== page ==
Of course, if we’ve gotten into the business of stuffing those associated with slavery down the memory hole, we’ve got a lot of work to do. We certainly can’t stop with the Confederate or colonists. Slavery was an accepted institution across the planet for thousands of years. In some parts of the world, it still is. You will be hard pressed to find a patch of humanity anywhere on the globe that does not bear the ancestral guilt of slavery. This is not a crime unique to the white man, even less is it unique to the southern white man.

I am not attempting to diminish the evil of slavery or suggest that the southerners who supported it were not morally accountable for that support. But I am saying that if we are not allowing men like Lee even the slightest bit of historical context, then how can we allow it for anyone else? If we say that Lee should have been so against slavery that he would have been willing to take up arms against his own children to abolish it, how can we be lenient with so many other historical icons? Why do we require Robert E. Lee to have had the abolitionist zeal of John Brown — which is what would have been needed to prompt him to raise his sword against his home and his family over it — when no one on either side had the zeal of John Brown except for John Brown? Why are Robert E. Lee and company expected to have seen slavery from a modern lens if no one else in history is held to that standard?

Well, the problem, as I say, is that others in history will soon be held to that standard. The purge will continue. The mob will move on to its next target. And how will we be better for it? (Read more.)
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Revolution Requires Chaos

From Definiing the Narrative:
If you haven’t read Saul Alinsky’s “Rules for Radicals” by now, you won’t understand what is happening in America. Professor Barack Obama, our past Chief Community Organizer, taught Alinsky’s methods to his students and promoted them in the White House. Candidate Hillary Clinton did her college thesis on him.

Alinsky’s fundamental premise is found on page 116.

“The first step in community organization is community disorganization. The disruption of the present organization is the first step towards community organization.” He then advises the organizer, When you are labeled an “an agitator, they are completely correct, for that is, in one word, your function—to agitate to the point of conflict.”(p. 117)

His acknowledgment at the beginning of the book should have given us a clue. To: “…the first radical known to man who rebelled against the establishment and did it so effectively that he at least won his own kingdom—Lucifer.”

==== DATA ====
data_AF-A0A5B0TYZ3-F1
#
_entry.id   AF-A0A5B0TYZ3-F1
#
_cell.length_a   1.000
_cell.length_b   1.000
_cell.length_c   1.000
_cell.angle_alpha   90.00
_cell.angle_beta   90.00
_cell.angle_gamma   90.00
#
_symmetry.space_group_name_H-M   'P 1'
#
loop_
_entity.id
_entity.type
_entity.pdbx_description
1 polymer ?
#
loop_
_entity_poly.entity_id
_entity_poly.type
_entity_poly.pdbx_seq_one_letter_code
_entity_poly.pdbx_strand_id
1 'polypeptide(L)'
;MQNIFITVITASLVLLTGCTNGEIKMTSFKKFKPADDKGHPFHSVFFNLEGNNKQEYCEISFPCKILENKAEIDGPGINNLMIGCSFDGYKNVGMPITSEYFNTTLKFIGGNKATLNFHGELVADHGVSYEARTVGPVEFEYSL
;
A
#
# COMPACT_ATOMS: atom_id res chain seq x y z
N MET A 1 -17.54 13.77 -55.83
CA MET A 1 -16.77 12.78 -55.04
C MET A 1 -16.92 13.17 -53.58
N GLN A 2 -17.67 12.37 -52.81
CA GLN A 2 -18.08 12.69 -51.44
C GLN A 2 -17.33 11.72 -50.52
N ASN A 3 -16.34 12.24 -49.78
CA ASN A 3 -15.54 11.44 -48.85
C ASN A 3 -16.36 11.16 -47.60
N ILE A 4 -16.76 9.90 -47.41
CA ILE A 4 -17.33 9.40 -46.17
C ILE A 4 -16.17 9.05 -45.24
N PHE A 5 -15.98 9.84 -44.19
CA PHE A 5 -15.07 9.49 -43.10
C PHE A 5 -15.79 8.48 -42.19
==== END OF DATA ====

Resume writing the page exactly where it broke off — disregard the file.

America stands at the most pivotal point in her history since the Kansas-Nebraska Act (which resulted in the Civil War). We are polarized. We are factionalized. Our history has been rewritten to minimize the importance of our Judeo-Christian foundation. Our institutions have been purged of morality that comes from that foundation. Our language is adulterated with vulgarities which are most commonplace in our youth. Our youth have been hijacked by powers that redefine what family is, strip them of any faith in God that was instilled as a child, and replaced with the collectivist philosophy, “from each according to ability, to each according to need”. That’s Karl Marx, by the way. It’s also most of the leadership in the current American Democratic Party, some unions, our education system, the media, and yes, it’s beginning to take root in the Republican ranks as well. (Read more.)
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The Jockey Club

From All Things Georgian:
According to the Jockey Club itself, it was established in 1753 at Newmarket, however, purely by chance we came across this newspaper article in the Daily Advertiser of Wednesday, March 10, 1731, which gives a much earlier reference to the club, the implication in the article being that by this date the club was already established.
The picture of the Lord James Cavendish’s horse, which his Lordship rode on some time since, for a very considerable wager to Windsor being near finish’d, we hear the same will be plac’d in the Jockey Club Room at William’s Coffee House, St. James’s.
Having read this of course we needed to know more. We knew that ‘clubs’ were increasing in popularity in the early 1700s with many being established in coffee houses, but we came across this image in ‘The History of the London Clubs 1709′ by Edward Ward. (Read more.)
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Wednesday, August 23, 2017

A Spanking

Empress Maria Theresa disciplines one of her daughters. Via Vive la Reine.
An unusual miniature depicting Maria Theresa disciplining one of her daughters by an unknown artist, 1750. I would guess from the fact that the other children are busy doing needlework (with one infant watching) that she was caught playing with the doll on the bottom center instead. 
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The Deep Hate of the Deep State

From Stone Cold Truth: